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Venue:
Philadelphia Art Alliance251 S. 18th Street
Philadelphia, PA Map
Price: $15 General Admission
Saturday, November 19, 2011 - 8:00pm

The Claudia Quintet + 1 featuring Theo Bleckmann

Record Release Celebration

Chris Speed, saxophone
Red Wierenga, accordion
Matt Moran, vibraphone
Chris Tordini, bass
John Hollenbeck, drums
Matt Mitchell, piano
Theo Bleckmann, voice

Ars Nova Workshop is excited to present a performance by John Hollenbeck's Claudia Quintet, with special guests Theo Bleckmann and Philadelphian Matt Mitchell, and an opening set by Jason Adasiewicz's Rolldown. Tonight is also a Record Release Celebration for the new Cuneiform LP by The Claudia Quintet, What Is The Beautiful?

“It's fun to grapple with music that doesn't fit a prescribed notion of genre—it forces you to listen a little harder and think a little more about actual sound,” wrote Pitchfork's Joe Tangari referring to The Claudia Quintet's Royal Toast (Cuneiform; 2010). The New York City-based ensemble formed in 1997, and after over 10 years, 6 albums, and multiple tours around the world, they continue to defy categories and force audiences to re-evaluate how they listen to music.

Staying together for 14 years is no easy feat, especially in the jazz world, where new duos, trios, quartets, and tentets emerge each week. And this feat is doubly impressive for the Claudia Quintet, whose members are some of the most productive and sought after musicians on the jazz scene today. To list the countless awards, collaborations, records (as sidemen and leaders and co-leaders!), and achievements of drummer and group leader John Hollenbeck, bassist Drew Gress, vibraphonist Matt Moran, accordionist Ted Reichman, and saxophonist Chris Speed would be an insurmountable task.

Trying to pinpoint The Claudia Quintet's sound is similarly challenging. “From surf rock to chamber jazz to hyperarticulate acoustica club beats—all rendered with exquisite precision and heedless abandon—there are too many moments of brilliance to list here,” wrote one bewildered, but delighted, JazzTimes reviewer. It's safe to say the quintet is equivalent to an indescribable event—you have to see it to believe it, or, in this case, you have to hear it for yourself.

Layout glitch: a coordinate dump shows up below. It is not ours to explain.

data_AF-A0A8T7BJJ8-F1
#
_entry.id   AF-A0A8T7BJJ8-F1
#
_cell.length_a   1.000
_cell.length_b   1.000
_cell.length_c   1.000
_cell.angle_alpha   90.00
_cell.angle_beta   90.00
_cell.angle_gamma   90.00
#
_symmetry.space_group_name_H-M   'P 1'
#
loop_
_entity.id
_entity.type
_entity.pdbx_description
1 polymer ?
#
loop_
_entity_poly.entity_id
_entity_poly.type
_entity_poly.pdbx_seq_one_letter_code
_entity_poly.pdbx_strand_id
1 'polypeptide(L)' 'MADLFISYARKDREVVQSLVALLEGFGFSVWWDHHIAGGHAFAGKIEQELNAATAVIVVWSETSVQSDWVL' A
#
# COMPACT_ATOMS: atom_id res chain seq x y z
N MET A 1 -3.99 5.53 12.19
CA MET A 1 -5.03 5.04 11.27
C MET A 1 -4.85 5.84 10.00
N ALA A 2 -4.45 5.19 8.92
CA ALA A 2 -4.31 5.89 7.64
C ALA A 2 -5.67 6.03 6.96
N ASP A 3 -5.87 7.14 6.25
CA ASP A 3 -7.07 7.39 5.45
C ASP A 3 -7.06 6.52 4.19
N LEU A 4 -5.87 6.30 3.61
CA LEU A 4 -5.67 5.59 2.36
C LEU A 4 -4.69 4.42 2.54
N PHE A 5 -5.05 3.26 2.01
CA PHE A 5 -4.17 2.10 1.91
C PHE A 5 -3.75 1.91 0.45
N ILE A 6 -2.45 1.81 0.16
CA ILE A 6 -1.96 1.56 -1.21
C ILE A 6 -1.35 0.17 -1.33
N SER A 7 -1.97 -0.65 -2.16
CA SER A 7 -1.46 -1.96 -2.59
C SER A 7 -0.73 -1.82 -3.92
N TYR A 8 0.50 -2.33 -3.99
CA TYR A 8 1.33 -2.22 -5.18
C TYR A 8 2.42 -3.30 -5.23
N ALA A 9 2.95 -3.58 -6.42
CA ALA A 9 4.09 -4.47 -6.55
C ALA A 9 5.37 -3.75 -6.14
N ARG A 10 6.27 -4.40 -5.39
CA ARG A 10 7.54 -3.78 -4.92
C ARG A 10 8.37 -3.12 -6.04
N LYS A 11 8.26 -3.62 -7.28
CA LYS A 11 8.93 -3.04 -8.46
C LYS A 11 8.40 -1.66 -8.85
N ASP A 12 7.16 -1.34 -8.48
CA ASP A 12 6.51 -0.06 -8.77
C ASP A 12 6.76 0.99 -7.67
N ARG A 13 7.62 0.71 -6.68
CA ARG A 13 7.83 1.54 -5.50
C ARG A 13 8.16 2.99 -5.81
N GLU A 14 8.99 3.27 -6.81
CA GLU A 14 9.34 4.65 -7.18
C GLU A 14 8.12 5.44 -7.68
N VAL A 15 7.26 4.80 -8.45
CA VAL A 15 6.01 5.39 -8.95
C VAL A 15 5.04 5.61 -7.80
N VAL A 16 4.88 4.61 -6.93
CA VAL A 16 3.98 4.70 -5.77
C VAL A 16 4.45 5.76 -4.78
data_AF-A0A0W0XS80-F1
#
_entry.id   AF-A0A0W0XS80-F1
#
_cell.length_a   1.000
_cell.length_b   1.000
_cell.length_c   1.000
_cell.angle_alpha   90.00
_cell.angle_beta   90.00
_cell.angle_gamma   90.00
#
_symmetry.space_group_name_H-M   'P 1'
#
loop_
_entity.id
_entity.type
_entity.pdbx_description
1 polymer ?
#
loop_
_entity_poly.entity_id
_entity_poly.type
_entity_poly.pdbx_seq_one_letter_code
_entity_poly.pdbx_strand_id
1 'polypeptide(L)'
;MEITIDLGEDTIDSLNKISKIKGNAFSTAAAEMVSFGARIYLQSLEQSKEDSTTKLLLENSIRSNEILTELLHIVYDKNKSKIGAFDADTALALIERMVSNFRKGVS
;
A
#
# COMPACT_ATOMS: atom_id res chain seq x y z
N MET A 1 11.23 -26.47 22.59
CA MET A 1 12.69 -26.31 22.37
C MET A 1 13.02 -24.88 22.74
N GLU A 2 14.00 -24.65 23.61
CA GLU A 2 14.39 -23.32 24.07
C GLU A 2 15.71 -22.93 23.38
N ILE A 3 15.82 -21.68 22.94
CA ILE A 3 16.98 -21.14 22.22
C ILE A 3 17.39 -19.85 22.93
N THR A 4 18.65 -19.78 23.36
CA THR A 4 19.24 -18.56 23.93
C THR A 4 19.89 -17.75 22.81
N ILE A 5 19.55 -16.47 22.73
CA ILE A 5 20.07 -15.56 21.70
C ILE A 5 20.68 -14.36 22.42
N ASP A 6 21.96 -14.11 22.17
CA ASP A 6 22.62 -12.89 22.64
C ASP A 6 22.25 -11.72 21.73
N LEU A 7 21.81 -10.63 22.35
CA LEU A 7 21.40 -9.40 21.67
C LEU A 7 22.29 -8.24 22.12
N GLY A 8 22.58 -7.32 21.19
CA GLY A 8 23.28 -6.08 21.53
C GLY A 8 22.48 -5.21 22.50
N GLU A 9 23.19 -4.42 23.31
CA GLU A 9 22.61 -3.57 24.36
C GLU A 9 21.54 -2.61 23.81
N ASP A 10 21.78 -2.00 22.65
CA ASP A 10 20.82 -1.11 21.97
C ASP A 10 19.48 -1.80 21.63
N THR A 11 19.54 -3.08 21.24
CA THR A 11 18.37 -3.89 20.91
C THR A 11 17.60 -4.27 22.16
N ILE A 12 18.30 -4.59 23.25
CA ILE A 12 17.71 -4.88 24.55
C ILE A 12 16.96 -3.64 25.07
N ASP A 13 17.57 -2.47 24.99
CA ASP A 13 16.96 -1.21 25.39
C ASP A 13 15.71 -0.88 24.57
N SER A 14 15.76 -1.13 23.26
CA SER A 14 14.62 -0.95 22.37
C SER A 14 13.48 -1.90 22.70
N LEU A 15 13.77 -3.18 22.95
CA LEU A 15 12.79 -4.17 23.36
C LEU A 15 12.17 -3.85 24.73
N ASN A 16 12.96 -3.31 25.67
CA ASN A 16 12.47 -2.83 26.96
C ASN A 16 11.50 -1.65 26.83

For tonight's performance, The Claudia Quintet will be joined by Philadelphia-based pianist Matt Mitchell, who has played and toured with them on many occasions and is a member of Tim Berne's Los Totopos and John Hollenbeck's Large Ensemble, and Grammy-nominated German vocalist Theo Bleckmann, who has worked with Anthony Braxton, John Zorn, Phillip Glass, the Merce Cunningham Dance Company, and frequently with Hollenbeck. The septet will perform pieces from their new Cuneiform album, What Is The Beautiful?, which features vocalists Kurt Elling and Bleckmann reciting and singing the poetry of Kenneth Patchen. Many of the compositions that appear on the LP were commissioned by the University of Rochester to celebrate the 100th birthday of the avant-garde, proto-Beat poet, visual artist, and novelist who, in the 1940 and '50s, collaborated with John Cage and Charles Mingus.

Jason Adasiewicz's Rolldown
Aram Shelton, saxophones + clarinets
Josh Berman , cornet
Jason Adasiewicz, vibraphone
Jason Roebke, bass
Frank Rosaly , drums

“It's an updating of a particularly fractured brand of post-bop that centered on Blue Note artists like Andrew Hill, Grachan Moncur III, Bobby Hutcherson, and Joe Chambers,” The Austinist wrote about Varmint (Cuneiform; 2009) by Jason Adasiewicz's Rolldown. “But this is an update with a hell of a lot of bite.”

Vibraphonist Adasiewicz has been a fixture of the Chicago jazz scene for many years, working in Rob Mazurek's Exploding Star Orchestra, Josh Berman's Old Idea, and Mike Reed's Loose Assembly. In 2003, he formed Rolldown with many of the Windy City's most explosive players: cornetist Berman, reedsman Aram Shelton, bassist Jason Roebke, and powerhouse drummer Frank Rosaly.

The quintet's sound is melodically rollicking and breezily swings, but there's definitely a hell of a lot of bite. For those of you who saw Adasiewicz play with Mazurek's Starlicker—who Ars Nova Workshop brought to Philadelphia back in May—you know that his relationship with the vibraphone can oftentimes become quite confrontational.There are few, if any, contemporary vibraphonists who can summon both enraged and beautifully delicate playing quite like Adasiewicz.